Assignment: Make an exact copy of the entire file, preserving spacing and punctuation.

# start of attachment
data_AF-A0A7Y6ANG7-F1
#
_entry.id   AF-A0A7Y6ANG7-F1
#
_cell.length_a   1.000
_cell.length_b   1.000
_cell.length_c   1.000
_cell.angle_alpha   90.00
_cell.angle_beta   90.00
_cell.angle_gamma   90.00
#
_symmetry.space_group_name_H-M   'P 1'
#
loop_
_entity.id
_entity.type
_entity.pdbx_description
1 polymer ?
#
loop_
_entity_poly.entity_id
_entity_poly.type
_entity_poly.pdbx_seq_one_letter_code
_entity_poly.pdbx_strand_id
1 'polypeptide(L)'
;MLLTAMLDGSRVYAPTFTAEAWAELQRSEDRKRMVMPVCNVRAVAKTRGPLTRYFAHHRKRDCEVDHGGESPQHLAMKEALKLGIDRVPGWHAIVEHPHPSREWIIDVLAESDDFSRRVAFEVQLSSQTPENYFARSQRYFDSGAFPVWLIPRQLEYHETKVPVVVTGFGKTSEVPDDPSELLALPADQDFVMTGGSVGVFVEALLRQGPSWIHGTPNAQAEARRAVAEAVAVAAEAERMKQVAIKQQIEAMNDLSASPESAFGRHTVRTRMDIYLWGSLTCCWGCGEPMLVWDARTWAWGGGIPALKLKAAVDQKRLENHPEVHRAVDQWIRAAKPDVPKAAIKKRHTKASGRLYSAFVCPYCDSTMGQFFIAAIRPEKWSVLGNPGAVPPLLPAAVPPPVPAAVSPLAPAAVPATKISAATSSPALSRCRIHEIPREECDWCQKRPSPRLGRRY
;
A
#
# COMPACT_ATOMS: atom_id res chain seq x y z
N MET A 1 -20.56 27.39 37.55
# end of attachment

data_AF-A0A7Y6ANG7-F1
#
_entry.id   AF-A0A7Y6ANG7-F1
#
_cell.length_a   1.000
_cell.length_b   1.000
_cell.length_c   1.000
_cell.angle_alpha   90.00
_cell.angle_beta   90.00
_cell.angle_gamma   90.00
#
_symmetry.space_group_name_H-M   'P 1'
#
loop_
_entity.id
_entity.type
_entity.pdbx_description
1 polymer ?
#
loop_
_entity_poly.entity_id
_entity_poly.type
_entity_poly.pdbx_seq_one_letter_code
_entity_poly.pdbx_strand_id
1 'polypeptide(L)'
;MLLTAMLDGSRVYAPTFTAEAWAELQRSEDRKRMVMPVCNVRAVAKTRGPLTRYFAHHRKRDCEVDHGGESPQHLAMKEALKLGIDRVPGWHAIVEHPHPSREWIIDVLAESDDFSRRVAFEVQLSSQTPENYFARSQRYFDSGAFPVWLIPRQLEYHETKVPVVVTGFGKTSEVPDDPSELLALPADQDFVMTGGSVGVFVEALLRQGPSWIHGTPNAQAEARRAVAEAVAVAAEAERMKQVAIKQQIEAMNDLSASPESAFGRHTVRTRMDIYLWGSLTCCWGCGEPMLVWDARTWAWGGGIPALKLKAAVDQKRLENHPEVHRAVDQWIRAAKPDVPKAAIKKRHTKASGRLYSAFVCPYCDSTMGQFFIAAIRPEKWSVLGNPGAVPPLLPAAVPPPVPAAVSPLAPAAVPATKISAATSSPALSRCRIHEIPREECDWCQKRPSPRLGRRY
;
A
#
# COMPACT_ATOMS: atom_id res chain seq x y z
N MET A 1 -20.56 27.39 37.55